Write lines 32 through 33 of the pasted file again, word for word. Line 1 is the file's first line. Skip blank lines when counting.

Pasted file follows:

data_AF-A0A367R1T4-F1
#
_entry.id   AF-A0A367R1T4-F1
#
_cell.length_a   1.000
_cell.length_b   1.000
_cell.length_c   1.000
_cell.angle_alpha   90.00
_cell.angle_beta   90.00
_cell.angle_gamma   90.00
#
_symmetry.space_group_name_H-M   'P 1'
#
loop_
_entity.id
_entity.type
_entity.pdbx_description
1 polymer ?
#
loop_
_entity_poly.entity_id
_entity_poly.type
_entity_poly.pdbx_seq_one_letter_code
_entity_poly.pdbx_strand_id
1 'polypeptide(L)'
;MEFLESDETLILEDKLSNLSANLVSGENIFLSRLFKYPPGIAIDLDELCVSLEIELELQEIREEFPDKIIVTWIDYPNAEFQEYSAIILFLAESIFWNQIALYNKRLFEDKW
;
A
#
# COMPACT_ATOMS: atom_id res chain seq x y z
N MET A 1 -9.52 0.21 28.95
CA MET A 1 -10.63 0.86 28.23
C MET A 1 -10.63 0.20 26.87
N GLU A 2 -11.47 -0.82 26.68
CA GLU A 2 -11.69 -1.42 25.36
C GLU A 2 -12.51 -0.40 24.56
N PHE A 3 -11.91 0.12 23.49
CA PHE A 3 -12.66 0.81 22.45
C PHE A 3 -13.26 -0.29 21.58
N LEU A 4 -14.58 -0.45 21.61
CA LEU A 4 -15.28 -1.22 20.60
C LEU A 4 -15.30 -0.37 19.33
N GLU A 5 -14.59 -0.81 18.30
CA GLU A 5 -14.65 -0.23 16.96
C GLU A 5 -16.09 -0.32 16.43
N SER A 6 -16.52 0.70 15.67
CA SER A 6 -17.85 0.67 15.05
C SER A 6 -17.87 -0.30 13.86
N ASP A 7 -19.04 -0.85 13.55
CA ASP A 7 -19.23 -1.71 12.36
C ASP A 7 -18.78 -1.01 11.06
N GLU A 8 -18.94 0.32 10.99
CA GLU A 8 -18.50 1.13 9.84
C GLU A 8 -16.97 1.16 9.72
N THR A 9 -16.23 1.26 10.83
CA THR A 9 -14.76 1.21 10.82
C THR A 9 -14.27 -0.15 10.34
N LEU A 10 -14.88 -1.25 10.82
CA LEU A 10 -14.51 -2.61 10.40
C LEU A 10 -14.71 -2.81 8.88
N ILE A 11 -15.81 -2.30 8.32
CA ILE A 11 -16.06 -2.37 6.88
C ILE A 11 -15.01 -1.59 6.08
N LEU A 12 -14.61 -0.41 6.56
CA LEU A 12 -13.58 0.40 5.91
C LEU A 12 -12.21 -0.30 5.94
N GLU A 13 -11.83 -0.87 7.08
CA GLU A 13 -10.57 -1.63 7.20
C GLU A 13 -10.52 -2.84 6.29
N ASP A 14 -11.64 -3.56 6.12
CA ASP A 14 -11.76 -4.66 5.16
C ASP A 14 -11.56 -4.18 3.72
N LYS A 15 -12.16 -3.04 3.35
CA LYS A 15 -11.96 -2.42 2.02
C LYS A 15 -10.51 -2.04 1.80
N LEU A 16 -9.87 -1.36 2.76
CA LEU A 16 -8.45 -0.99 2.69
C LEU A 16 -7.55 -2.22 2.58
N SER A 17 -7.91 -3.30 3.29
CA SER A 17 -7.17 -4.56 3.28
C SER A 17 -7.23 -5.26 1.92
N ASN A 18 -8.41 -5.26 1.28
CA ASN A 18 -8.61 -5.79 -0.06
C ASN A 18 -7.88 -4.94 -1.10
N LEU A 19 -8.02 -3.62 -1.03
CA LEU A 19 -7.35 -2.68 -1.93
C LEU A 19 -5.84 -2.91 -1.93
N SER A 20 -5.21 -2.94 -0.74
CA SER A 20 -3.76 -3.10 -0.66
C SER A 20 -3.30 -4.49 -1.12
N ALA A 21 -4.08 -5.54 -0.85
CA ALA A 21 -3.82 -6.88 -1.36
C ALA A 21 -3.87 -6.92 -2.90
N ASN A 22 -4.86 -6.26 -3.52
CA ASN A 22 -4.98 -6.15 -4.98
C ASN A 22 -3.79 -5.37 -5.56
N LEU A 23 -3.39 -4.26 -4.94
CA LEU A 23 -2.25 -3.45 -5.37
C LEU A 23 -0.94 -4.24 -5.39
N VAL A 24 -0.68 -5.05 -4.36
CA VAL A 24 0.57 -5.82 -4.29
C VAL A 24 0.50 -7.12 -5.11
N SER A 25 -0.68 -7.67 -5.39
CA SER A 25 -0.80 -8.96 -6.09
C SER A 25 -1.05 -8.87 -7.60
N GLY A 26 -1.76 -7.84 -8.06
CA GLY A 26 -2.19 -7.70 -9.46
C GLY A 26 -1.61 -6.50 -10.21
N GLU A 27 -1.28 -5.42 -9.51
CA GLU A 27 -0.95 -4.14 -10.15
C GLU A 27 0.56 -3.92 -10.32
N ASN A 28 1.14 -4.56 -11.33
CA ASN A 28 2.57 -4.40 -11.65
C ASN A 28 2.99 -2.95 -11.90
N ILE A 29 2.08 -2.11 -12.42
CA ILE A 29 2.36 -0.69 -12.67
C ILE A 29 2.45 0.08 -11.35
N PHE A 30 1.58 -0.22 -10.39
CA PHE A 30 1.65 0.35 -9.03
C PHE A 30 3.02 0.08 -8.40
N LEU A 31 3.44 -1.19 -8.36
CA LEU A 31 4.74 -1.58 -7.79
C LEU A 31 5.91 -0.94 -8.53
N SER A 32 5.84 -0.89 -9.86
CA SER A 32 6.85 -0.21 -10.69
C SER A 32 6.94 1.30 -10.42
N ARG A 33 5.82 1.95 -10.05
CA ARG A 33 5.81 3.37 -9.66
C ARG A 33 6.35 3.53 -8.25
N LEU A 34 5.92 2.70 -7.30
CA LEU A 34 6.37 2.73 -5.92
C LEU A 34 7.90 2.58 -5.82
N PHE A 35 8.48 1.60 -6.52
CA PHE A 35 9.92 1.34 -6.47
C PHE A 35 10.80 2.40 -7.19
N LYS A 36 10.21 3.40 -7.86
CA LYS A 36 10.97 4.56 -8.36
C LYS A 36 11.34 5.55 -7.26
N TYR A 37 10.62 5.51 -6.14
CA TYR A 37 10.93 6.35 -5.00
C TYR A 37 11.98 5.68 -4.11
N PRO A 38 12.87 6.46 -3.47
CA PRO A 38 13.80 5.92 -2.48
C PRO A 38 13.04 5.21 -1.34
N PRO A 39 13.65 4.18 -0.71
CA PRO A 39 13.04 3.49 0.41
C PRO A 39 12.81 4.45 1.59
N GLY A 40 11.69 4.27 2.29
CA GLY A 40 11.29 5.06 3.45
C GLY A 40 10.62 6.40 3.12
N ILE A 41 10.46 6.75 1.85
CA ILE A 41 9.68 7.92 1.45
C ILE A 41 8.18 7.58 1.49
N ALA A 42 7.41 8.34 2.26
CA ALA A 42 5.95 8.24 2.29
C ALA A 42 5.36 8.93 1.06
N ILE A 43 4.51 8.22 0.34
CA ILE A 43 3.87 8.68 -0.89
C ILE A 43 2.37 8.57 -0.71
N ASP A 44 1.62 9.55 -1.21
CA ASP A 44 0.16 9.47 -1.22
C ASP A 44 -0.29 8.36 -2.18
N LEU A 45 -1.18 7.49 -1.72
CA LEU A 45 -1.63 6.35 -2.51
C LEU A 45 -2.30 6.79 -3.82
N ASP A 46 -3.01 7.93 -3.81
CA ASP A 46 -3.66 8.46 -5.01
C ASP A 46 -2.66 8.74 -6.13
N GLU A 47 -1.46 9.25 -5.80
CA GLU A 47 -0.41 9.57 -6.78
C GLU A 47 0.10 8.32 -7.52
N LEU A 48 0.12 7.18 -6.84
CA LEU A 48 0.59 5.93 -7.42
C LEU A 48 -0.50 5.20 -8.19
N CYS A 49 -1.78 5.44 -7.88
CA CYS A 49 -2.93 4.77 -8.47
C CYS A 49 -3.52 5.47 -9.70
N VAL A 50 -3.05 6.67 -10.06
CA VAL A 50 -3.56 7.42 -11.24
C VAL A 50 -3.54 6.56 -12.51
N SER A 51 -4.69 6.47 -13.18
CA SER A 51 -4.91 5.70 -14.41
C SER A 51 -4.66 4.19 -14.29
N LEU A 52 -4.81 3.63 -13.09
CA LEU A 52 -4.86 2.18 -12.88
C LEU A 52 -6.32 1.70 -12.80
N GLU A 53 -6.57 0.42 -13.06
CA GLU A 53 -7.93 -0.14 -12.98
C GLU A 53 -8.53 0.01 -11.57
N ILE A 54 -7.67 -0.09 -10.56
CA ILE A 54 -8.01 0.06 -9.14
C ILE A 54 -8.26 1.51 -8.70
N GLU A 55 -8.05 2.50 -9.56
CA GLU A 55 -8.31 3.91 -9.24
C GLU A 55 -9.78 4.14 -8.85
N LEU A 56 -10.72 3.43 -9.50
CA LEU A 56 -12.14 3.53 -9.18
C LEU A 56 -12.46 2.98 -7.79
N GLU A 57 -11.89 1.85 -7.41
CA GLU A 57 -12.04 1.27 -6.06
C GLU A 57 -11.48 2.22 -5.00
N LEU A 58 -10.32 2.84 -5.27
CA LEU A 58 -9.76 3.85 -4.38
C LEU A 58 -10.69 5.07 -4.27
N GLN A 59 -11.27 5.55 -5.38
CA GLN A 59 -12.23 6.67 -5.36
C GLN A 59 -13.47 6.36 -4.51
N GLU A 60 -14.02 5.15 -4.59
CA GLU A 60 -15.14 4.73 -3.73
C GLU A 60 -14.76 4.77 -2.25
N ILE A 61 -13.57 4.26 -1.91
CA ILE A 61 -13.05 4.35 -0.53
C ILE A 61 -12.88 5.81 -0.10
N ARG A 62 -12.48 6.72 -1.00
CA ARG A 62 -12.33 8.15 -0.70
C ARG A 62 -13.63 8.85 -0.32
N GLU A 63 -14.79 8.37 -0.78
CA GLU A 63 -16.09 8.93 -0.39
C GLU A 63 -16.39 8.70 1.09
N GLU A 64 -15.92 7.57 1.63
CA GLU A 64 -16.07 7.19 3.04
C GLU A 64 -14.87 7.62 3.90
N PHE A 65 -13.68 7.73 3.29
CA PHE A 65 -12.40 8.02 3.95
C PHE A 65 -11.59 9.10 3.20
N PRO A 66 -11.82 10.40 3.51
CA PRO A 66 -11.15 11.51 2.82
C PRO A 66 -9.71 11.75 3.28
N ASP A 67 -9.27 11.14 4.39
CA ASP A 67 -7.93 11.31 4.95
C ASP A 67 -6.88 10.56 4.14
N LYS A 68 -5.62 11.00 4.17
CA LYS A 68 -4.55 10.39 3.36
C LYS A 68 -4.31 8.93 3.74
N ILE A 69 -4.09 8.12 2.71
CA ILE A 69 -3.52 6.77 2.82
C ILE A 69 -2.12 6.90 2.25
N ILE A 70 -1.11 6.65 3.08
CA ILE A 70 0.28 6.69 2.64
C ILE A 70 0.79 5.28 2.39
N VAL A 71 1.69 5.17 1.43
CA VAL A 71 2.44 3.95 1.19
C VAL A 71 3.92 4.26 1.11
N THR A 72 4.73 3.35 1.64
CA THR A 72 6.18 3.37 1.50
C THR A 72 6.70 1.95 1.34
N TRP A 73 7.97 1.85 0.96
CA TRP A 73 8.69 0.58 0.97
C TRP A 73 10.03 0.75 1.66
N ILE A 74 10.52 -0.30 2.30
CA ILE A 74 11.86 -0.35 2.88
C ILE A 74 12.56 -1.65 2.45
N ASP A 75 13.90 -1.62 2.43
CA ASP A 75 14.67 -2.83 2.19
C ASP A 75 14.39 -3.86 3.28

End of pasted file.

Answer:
CA MET A 1 -10.63 0.86 28.23
C MET A 1 -10.63 0.20 26.87